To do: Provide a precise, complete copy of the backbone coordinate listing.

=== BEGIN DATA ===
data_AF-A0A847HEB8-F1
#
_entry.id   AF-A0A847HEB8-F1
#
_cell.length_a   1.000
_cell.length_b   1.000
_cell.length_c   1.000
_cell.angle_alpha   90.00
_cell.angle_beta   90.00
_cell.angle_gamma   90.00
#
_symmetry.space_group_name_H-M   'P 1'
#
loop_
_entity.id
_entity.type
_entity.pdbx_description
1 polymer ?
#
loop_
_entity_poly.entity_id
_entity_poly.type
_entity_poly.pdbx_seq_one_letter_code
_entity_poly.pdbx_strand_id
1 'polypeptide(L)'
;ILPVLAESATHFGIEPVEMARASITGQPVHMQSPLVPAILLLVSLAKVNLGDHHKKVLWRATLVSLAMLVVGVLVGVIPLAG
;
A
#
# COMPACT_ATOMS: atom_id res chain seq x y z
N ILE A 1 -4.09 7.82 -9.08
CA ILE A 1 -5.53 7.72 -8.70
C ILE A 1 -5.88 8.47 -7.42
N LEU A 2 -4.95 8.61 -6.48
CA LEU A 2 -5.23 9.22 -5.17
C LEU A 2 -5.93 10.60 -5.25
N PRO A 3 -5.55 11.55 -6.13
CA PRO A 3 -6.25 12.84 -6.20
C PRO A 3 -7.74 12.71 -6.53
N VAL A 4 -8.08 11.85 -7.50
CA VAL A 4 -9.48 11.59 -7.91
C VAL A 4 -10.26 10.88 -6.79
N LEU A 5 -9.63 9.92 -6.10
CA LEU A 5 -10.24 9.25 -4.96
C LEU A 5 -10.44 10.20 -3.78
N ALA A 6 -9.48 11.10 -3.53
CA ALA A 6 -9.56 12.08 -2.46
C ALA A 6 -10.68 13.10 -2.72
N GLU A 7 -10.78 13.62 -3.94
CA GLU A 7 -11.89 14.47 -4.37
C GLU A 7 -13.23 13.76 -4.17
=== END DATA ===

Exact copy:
data_AF-A0A847HEB8-F1
#
_entry.id   AF-A0A847HEB8-F1
#
_cell.length_a   1.000
_cell.length_b   1.000
_cell.length_c   1.000
_cell.angle_alpha   90.00
_cell.angle_beta   90.00
_cell.angle_gamma   90.00
#
_symmetry.space_group_name_H-M   'P 1'
#
loop_
_entity.id
_entity.type
_entity.pdbx_description
1 polymer ?
#
loop_
_entity_poly.entity_id
_entity_poly.type
_entity_poly.pdbx_seq_one_letter_code
_entity_poly.pdbx_strand_id
1 'polypeptide(L)'
;ILPVLAESATHFGIEPVEMARASITGQPVHMQSPLVPAILLLVSLAKVNLGDHHKKVLWRATLVSLAMLVVGVLVGVIPLAG
;
A
#
# COMPACT_ATOMS: atom_id res chain seq x y z
N ILE A 1 -4.09 7.82 -9.08
CA ILE A 1 -5.53 7.72 -8.70
C ILE A 1 -5.88 8.47 -7.42
N LEU A 2 -4.95 8.61 -6.48
CA LEU A 2 -5.23 9.22 -5.17
C LEU A 2 -5.93 10.60 -5.25
N PRO A 3 -5.55 11.55 -6.13
CA PRO A 3 -6.25 12.84 -6.20
C PRO A 3 -7.74 12.71 -6.53
N VAL A 4 -8.08 11.85 -7.50
CA VAL A 4 -9.48 11.59 -7.91
C VAL A 4 -10.26 10.88 -6.79
N LEU A 5 -9.63 9.92 -6.10
CA LEU A 5 -10.24 9.25 -4.96
C LEU A 5 -10.44 10.20 -3.78
N ALA A 6 -9.48 11.10 -3.53
CA ALA A 6 -9.56 12.08 -2.46
C ALA A 6 -10.68 13.10 -2.72
N GLU A 7 -10.78 13.62 -3.94
CA GLU A 7 -11.89 14.47 -4.37
C GLU A 7 -13.23 13.76 -4.17